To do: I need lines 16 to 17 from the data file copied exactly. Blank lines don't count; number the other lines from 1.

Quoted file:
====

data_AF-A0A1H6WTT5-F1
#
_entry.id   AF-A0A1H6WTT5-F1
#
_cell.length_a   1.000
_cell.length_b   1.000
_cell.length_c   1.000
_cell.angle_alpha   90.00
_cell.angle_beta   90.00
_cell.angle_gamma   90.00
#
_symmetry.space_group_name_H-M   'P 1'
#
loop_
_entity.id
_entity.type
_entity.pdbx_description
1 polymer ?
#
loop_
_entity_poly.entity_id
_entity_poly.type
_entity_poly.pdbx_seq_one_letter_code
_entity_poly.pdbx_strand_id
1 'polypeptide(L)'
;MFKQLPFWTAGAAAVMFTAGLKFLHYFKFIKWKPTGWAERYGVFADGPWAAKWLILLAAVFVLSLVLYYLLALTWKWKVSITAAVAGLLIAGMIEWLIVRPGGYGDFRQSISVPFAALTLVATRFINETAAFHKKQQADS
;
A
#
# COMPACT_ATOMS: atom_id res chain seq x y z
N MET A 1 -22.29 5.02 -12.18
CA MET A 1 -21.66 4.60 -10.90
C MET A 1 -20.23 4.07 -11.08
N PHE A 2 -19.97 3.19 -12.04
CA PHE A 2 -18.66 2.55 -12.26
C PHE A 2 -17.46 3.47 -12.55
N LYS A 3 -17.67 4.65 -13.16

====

_entity.type
_entity.pdbx_description